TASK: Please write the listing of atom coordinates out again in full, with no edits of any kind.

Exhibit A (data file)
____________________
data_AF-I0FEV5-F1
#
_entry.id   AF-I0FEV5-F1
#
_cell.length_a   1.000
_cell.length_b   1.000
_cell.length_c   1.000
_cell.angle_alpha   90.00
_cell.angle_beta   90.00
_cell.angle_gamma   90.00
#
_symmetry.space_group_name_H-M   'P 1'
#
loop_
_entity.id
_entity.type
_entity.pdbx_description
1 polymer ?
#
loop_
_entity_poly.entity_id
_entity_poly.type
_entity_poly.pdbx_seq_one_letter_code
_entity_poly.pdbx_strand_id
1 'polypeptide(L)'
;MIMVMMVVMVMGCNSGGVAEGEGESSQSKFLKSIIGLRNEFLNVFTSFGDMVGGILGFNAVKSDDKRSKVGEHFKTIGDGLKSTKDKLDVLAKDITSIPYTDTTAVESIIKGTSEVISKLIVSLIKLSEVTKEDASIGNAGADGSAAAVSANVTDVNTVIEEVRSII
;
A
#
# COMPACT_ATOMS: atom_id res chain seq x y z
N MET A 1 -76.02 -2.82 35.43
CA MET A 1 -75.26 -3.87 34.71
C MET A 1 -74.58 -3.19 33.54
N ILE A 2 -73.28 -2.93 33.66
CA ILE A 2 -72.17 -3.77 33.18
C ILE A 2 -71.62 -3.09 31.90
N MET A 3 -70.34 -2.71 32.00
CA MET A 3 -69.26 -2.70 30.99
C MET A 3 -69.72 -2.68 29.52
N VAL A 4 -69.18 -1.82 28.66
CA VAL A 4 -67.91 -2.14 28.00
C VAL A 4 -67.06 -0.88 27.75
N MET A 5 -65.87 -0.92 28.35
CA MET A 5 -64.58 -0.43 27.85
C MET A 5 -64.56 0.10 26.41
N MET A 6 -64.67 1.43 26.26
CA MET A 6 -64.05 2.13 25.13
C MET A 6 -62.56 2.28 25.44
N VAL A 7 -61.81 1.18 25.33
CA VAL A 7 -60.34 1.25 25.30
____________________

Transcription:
data_AF-I0FEV5-F1
#
_entry.id   AF-I0FEV5-F1
#
_cell.length_a   1.000
_cell.length_b   1.000
_cell.length_c   1.000
_cell.angle_alpha   90.00
_cell.angle_beta   90.00
_cell.angle_gamma   90.00
#
_symmetry.space_group_name_H-M   'P 1'
#
loop_
_entity.id
_entity.type
_entity.pdbx_description
1 polymer ?
#
loop_
_entity_poly.entity_id
_entity_poly.type
_entity_poly.pdbx_seq_one_letter_code
_entity_poly.pdbx_strand_id
1 'polypeptide(L)'
;MIMVMMVVMVMGCNSGGVAEGEGESSQSKFLKSIIGLRNEFLNVFTSFGDMVGGILGFNAVKSDDKRSKVGEHFKTIGDGLKSTKDKLDVLAKDITSIPYTDTTAVESIIKGTSEVISKLIVSLIKLSEVTKEDASIGNAGADGSAAAVSANVTDVNTVIEEVRSII
;
A
#
# COMPACT_ATOMS: atom_id res chain seq x y z
N MET A 1 -76.02 -2.82 35.43
CA MET A 1 -75.26 -3.87 34.71
C MET A 1 -74.58 -3.19 33.54
N ILE A 2 -73.28 -2.93 33.66
CA ILE A 2 -72.17 -3.77 33.18
C ILE A 2 -71.62 -3.09 31.90
N MET A 3 -70.34 -2.71 32.00
CA MET A 3 -69.26 -2.70 30.99
C MET A 3 -69.72 -2.68 29.52
N VAL A 4 -69.18 -1.82 28.66
CA VAL A 4 -67.91 -2.14 28.00
C VAL A 4 -67.06 -0.88 27.75
N MET A 5 -65.87 -0.92 28.35
CA MET A 5 -64.58 -0.43 27.85
C MET A 5 -64.56 0.10 26.41
N MET A 6 -64.67 1.43 26.26
CA MET A 6 -64.05 2.13 25.13
C MET A 6 -62.56 2.28 25.44
N VAL A 7 -61.81 1.18 25.33
CA VAL A 7 -60.34 1.25 25.30